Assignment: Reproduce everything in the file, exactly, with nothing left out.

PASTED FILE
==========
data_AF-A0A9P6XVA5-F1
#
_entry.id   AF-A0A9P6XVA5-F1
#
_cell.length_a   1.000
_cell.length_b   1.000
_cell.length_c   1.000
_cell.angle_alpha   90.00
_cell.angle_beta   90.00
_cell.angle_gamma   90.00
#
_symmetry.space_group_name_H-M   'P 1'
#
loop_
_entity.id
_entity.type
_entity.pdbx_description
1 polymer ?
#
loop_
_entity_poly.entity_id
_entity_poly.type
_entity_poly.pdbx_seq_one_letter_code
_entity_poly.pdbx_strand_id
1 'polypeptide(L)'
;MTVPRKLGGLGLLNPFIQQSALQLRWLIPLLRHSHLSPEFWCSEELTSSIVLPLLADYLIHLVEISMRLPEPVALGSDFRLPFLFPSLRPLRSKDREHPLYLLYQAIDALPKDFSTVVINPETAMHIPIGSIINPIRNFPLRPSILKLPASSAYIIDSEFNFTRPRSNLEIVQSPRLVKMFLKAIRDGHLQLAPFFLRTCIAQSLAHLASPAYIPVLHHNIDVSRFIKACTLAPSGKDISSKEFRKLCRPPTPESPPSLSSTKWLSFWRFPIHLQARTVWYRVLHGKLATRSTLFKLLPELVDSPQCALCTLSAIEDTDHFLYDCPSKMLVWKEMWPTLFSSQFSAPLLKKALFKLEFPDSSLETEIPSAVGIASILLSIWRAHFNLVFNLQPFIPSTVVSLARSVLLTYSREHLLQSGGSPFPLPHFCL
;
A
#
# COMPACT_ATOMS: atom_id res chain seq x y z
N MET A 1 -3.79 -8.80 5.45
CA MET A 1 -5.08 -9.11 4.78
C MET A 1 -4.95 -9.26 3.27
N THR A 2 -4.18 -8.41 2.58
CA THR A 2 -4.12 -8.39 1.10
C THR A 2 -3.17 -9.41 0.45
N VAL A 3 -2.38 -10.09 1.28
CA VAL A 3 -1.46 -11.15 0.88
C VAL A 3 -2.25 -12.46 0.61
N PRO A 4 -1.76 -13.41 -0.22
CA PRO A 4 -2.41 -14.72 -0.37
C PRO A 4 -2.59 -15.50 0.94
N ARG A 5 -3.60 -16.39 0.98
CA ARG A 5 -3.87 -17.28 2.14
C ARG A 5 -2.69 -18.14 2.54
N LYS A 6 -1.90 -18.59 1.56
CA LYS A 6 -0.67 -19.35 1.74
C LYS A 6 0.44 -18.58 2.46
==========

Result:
data_AF-A0A9P6XVA5-F1
#
_entry.id   AF-A0A9P6XVA5-F1
#
_cell.length_a   1.000
_cell.length_b   1.000
_cell.length_c   1.000
_cell.angle_alpha   90.00
_cell.angle_beta   90.00
_cell.angle_gamma   90.00
#
_symmetry.space_group_name_H-M   'P 1'
#
loop_
_entity.id
_entity.type
_entity.pdbx_description
1 polymer ?
#
loop_
_entity_poly.entity_id
_entity_poly.type
_entity_poly.pdbx_seq_one_letter_code
_entity_poly.pdbx_strand_id
1 'polypeptide(L)'
;MTVPRKLGGLGLLNPFIQQSALQLRWLIPLLRHSHLSPEFWCSEELTSSIVLPLLADYLIHLVEISMRLPEPVALGSDFRLPFLFPSLRPLRSKDREHPLYLLYQAIDALPKDFSTVVINPETAMHIPIGSIINPIRNFPLRPSILKLPASSAYIIDSEFNFTRPRSNLEIVQSPRLVKMFLKAIRDGHLQLAPFFLRTCIAQSLAHLASPAYIPVLHHNIDVSRFIKACTLAPSGKDISSKEFRKLCRPPTPESPPSLSSTKWLSFWRFPIHLQARTVWYRVLHGKLATRSTLFKLLPELVDSPQCALCTLSAIEDTDHFLYDCPSKMLVWKEMWPTLFSSQFSAPLLKKALFKLEFPDSSLETEIPSAVGIASILLSIWRAHFNLVFNLQPFIPSTVVSLARSVLLTYSREHLLQSGGSPFPLPHFCL
;
A
#
# COMPACT_ATOMS: atom_id res chain seq x y z
N MET A 1 -3.79 -8.80 5.45
CA MET A 1 -5.08 -9.11 4.78
C MET A 1 -4.95 -9.26 3.27
N THR A 2 -4.18 -8.41 2.58
CA THR A 2 -4.12 -8.39 1.10
C THR A 2 -3.17 -9.41 0.45
N VAL A 3 -2.38 -10.09 1.28
CA VAL A 3 -1.46 -11.15 0.88
C VAL A 3 -2.25 -12.46 0.61
N PRO A 4 -1.76 -13.41 -0.22
CA PRO A 4 -2.41 -14.72 -0.37
C PRO A 4 -2.59 -15.50 0.94
N ARG A 5 -3.60 -16.39 0.98
CA ARG A 5 -3.87 -17.28 2.14
C ARG A 5 -2.69 -18.14 2.54
N LYS A 6 -1.90 -18.59 1.56
CA LYS A 6 -0.67 -19.35 1.74
C LYS A 6 0.44 -18.58 2.46